[The computer] was the first machine man built that assisted the power of his brain instead of the strength of his arm. – Grace Hopper, American computer scientist and United States Navy rear admiral
With the holiday season kicking into high gear, it’s a good time to reflect on how we can use technology to better the lives of those less fortunate. Innovation doesn’t happen in a vacuum; everything we do affects how we live.
From our work helping the federal government through its digital transformation to innovations in the way healthcare is delivered to underserved populations, Iron Bow recognizes that technology should be advanced in the service of others.
Our CLINiC™ solution—a medical consultation system that enables remote examination and diagnosis via live high definition video conferencing—is helping connect people to healthcare services. The technology was developed to help fill voids where the demand for physician services is greater than supply, where input from specialists is desired, and where underserved populations reside.
With that in mind, we wanted to highlight three ways technology has bettered society.
Undoubtedly the most impactful innovation in modern history, the global system of computer networks we know as the internet has affected every corner of society from politics and business to medicine and humanitarian efforts. While the internet was largely born as a federal government project in the early 1960s, the advent of commercial networks in the early 90s and the proliferation of the World Wide Web thrust the interconnected global network into our daily lives.
By 2016, nearly half of the world’s population used the internet and in the United States alone about 75 percent of people are internet users. Census Bureau data shows that just 20 years ago only 18 percent of homes had internet access.
And while in developed countries the internet is used for shopping, banking and other daily activities, for those in the developing world and rural areas, it serves as a basic communications tool. The internet has made it possible for people around the globe to deliver everything from healthcare to job training to those living in places that may not offer those services. This has opened up the door to a world of development.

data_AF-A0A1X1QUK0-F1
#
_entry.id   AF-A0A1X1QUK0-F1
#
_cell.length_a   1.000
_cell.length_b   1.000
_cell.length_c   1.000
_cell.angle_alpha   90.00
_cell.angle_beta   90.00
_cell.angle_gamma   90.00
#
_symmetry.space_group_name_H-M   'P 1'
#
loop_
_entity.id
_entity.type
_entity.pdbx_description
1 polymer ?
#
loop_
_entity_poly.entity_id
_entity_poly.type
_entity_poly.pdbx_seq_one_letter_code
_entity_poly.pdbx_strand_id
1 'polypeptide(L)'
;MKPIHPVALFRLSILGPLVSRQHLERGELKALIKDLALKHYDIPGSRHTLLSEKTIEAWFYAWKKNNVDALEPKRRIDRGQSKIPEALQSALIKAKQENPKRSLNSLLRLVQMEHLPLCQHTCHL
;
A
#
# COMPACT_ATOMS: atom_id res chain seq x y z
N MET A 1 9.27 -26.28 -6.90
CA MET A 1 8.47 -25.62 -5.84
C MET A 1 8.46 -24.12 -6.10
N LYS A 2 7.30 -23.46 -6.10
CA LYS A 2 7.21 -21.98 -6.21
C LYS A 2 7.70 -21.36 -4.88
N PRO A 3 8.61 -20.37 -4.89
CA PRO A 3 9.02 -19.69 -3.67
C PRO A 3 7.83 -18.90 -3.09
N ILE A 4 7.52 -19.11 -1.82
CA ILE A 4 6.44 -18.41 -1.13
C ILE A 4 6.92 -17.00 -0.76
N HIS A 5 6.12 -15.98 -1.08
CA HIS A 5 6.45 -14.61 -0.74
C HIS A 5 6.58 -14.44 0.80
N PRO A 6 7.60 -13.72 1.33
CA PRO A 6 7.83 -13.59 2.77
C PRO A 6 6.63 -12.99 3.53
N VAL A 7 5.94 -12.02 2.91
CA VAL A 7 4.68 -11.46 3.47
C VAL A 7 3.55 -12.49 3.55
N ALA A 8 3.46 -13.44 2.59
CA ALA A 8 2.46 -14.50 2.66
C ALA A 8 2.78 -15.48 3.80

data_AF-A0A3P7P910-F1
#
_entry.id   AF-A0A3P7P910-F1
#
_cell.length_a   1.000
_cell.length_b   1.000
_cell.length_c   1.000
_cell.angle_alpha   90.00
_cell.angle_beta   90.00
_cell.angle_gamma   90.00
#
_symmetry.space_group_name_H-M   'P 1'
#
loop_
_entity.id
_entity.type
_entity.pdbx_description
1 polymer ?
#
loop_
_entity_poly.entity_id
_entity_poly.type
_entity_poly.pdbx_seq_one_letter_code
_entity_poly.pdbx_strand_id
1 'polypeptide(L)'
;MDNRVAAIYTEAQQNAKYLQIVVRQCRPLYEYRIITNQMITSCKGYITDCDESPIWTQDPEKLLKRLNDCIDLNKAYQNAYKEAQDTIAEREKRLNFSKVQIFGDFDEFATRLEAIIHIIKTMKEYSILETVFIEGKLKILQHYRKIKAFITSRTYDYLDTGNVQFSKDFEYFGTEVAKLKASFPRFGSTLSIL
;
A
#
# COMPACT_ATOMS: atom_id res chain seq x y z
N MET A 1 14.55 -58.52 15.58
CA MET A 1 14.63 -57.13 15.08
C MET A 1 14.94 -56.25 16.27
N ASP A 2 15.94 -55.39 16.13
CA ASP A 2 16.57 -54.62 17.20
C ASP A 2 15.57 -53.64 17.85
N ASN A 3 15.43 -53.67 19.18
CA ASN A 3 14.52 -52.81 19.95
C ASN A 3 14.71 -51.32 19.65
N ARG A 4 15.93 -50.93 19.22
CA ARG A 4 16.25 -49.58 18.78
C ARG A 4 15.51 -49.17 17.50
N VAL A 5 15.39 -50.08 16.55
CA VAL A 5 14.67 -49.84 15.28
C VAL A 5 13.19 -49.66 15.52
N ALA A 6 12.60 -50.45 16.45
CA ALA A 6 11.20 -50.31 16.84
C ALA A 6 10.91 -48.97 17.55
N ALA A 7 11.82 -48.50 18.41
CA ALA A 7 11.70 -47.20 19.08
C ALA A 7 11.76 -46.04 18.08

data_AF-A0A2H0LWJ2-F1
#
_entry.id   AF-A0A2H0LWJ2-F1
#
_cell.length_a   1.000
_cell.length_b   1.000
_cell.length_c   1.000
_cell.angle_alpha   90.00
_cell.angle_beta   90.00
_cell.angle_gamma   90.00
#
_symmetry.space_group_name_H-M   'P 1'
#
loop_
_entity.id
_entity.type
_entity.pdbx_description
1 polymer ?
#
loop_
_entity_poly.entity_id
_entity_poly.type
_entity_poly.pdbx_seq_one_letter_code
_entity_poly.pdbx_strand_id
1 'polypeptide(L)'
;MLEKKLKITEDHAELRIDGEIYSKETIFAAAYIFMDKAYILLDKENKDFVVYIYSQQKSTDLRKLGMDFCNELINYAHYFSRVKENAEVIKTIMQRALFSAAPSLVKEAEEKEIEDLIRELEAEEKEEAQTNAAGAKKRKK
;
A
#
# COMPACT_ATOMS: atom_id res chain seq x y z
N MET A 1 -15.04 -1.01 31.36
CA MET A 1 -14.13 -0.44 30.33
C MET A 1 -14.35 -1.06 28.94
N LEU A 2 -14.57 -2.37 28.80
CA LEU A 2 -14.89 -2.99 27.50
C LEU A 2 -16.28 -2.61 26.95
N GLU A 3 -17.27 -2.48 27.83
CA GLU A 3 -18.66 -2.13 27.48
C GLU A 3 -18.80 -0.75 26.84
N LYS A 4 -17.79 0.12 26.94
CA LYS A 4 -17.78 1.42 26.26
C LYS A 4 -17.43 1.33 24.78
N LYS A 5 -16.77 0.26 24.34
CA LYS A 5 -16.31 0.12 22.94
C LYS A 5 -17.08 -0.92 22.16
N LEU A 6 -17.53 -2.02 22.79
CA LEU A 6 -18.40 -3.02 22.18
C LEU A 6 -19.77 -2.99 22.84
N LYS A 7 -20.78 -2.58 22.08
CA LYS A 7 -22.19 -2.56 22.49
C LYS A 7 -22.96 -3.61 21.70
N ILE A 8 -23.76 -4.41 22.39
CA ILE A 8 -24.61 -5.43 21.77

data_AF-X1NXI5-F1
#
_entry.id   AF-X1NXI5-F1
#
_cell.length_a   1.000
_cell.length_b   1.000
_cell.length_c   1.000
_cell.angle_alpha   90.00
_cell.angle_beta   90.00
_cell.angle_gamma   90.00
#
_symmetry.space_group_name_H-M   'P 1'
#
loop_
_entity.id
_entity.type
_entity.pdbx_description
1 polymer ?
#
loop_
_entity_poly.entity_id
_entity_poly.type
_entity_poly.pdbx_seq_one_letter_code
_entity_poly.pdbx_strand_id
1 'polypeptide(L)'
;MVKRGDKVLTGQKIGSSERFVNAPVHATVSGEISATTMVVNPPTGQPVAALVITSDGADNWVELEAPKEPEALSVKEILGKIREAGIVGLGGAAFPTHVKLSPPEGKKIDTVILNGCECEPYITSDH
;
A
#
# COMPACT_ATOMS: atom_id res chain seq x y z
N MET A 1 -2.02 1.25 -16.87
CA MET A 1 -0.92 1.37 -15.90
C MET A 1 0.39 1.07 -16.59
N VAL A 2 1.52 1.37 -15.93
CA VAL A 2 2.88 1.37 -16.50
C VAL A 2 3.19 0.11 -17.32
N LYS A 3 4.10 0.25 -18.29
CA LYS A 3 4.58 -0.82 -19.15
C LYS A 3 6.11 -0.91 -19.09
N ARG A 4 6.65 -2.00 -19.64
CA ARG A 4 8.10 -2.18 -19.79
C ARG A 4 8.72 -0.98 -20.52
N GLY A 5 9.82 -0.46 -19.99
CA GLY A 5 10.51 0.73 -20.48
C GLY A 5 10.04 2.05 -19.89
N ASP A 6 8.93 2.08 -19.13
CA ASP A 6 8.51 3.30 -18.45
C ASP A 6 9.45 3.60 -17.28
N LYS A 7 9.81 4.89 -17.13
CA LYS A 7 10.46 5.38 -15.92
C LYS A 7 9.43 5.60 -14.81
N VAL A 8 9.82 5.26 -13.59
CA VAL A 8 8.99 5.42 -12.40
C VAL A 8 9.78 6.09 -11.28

Before the late 70s, computers were massive machines relegated to corporations and research institutions. But by 1984, IBM and Apple had introduced into the market desktop-sized models that were both affordable and small enough to fit into the modern household.
While nowadays about 80 percent of households in the United States report owning at least one laptop or desktop computer, it wasn’t always that way. Just 20 years ago, only about 37 percent of people said they had a computer in their home.
The personal computer launched what would become a succession of computing devices that would get smaller and smaller over the years, leading to the mobile phone that sits in most of our pockets today. While the internet is what has connected us, portability in computing is what sparked the propagation of that vast network.
Without the commercialization of computers, the internet would simply be a way for corporations and governments to convey information and not the life-altering interconnection that it has become today. Personal computers helped democratize the internet.
You might be scratching your head about this entry since public libraries date back to 1464 when a brotherhood of clergy and laity in Bristol, England erected a library that allowed anyone who wished to enter “for the sake of instruction.” Back then, the free access was for books, which were just beginning to be mass-produced after Johannes Gutenberg had invented the printing press about 25 years earlier.
Now, that access also includes the first piece of technology on our list: the internet. That makes public libraries as important as ever. According to the Information Policy & Access Center at the University of Maryland, public libraries report being the only provider of free public access to computers and the internet in 64.5 percent of communities in the United States.
Libraries also often provide technology and skills training so those in under-served communities can figure out how to get the best out of their time spent on the internet. For school-aged children in those areas of the United States, about 81.9 percent of public libraries also provide access to homework resources.
It’s nearly impossible to get a job, find government services or seek out a doctor without access to the internet. Public libraries make that possible for millions of Americans who don’t have the privilege of the internet in their homes.
These are just a few of the ways that innovation has helped move us forward and equalize the disparities faced by those who struggle to get by. Looking forward, we still have a lot of work to do and we must focus our energy on making the world a more just and equitable place.
Tags: CLINiC > cloud computing > Digital Transformation > Grace Hopper > health IT